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1 March 2013 SURGICAL AND MEDICAL MANAGEMENT FOR FRACTURES OF THE SECOND THROUGH FIFTH METACARPALS IN A RED RUFFED LEMUR (VARECIA RUBRA)
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Abstract

A 21-yr-old female red ruffed lemur (Varecia rubra) was presented with swelling and disuse of the right manus. Severely displaced fractures of metacarpals II–V were diagnosed radiographically. The fractures were surgically stabilized with intramedullary Kirschner wires attached externally with an acrylic external fixator and a bone plate on the dorsal aspect of metacarpal III. The fractures of metacarpals II–V were predominantly healed on radiographs obtained 12 wk after surgery. However, diffuse disuse osteopenia and phalangeal contracture were present, with possible osteomyelitis. An exercise regimen of the affected hand was initiated due to the incomplete extension of the phalanges. After 4 wk of therapy, the extension of the phalanges had improved and the fractures appeared radiographically to be nearly completely healed. Although metacarpal fractures are common in nonhuman primates, they are reported infrequently in the literature.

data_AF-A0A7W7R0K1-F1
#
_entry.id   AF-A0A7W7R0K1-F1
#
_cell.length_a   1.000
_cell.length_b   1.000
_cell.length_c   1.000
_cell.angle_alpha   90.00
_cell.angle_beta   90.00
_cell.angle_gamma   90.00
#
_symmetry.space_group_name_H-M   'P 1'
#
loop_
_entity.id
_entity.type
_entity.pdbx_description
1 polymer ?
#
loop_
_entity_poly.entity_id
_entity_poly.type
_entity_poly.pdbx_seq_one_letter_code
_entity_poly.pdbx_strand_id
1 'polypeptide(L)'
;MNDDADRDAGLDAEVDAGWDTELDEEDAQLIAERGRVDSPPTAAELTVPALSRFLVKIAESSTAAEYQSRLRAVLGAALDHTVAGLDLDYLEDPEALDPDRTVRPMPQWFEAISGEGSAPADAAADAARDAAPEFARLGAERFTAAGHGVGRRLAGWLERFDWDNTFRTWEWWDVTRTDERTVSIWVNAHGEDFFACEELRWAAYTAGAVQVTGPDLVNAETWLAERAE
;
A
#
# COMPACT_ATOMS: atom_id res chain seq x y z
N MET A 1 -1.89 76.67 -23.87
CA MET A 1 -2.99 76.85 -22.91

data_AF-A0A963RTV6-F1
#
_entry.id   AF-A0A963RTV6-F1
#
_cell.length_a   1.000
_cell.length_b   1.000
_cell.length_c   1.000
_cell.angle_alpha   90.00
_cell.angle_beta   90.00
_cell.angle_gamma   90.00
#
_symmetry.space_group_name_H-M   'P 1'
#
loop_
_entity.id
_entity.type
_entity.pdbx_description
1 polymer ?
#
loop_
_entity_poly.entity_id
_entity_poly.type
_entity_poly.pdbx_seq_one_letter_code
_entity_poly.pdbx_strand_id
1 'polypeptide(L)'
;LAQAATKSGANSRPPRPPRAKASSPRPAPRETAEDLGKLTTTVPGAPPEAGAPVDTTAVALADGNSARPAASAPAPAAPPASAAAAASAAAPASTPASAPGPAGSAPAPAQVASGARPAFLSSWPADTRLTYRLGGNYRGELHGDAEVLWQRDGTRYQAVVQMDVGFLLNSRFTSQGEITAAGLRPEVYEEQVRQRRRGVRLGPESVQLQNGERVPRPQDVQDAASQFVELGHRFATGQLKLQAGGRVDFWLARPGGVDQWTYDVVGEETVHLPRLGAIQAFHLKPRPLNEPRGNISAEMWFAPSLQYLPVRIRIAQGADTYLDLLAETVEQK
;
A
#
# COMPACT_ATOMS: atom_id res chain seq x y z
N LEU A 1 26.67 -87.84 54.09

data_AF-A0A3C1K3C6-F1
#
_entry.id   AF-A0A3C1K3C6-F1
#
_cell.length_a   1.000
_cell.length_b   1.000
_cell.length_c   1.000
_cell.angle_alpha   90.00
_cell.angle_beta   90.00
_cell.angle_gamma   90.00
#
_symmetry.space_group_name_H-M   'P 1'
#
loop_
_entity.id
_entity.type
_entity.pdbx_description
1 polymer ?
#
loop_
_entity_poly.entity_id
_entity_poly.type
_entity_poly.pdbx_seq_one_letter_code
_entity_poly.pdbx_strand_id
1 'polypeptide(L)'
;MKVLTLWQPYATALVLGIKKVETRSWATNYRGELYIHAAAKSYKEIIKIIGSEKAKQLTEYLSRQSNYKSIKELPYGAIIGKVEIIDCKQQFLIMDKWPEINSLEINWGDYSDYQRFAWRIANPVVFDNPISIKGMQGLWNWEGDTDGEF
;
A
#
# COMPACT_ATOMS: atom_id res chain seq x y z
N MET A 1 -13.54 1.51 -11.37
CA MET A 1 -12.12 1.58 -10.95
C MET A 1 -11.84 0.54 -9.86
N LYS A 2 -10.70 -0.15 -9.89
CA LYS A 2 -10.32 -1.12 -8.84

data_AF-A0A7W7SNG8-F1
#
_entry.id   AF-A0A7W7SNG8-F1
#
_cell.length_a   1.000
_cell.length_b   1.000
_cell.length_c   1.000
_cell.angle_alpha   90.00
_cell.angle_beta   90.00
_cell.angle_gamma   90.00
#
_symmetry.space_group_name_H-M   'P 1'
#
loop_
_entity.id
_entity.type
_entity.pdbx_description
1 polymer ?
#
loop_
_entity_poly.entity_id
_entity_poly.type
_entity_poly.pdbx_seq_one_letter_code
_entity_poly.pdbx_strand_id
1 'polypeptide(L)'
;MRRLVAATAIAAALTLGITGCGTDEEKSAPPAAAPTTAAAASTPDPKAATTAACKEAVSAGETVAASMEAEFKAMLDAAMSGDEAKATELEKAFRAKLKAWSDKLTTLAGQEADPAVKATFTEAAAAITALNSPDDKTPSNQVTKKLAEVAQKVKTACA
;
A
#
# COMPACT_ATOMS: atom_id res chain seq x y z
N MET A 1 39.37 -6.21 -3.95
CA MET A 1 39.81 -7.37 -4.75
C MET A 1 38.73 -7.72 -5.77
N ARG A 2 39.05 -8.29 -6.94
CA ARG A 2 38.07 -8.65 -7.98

American Association of Zoo Veterinarians
Shannon N. S. Cerveny, Justin Harper, Andra Voges, and Rob L. Coke "SURGICAL AND MEDICAL MANAGEMENT FOR FRACTURES OF THE SECOND THROUGH FIFTH METACARPALS IN A RED RUFFED LEMUR (VARECIA RUBRA)," Journal of Zoo and Wildlife Medicine 44(1), 215-219, (1 March 2013). https://doi.org/10.1638/1042-7260-44.1.215
Received: 25 June 2012; Published: 1 March 2013
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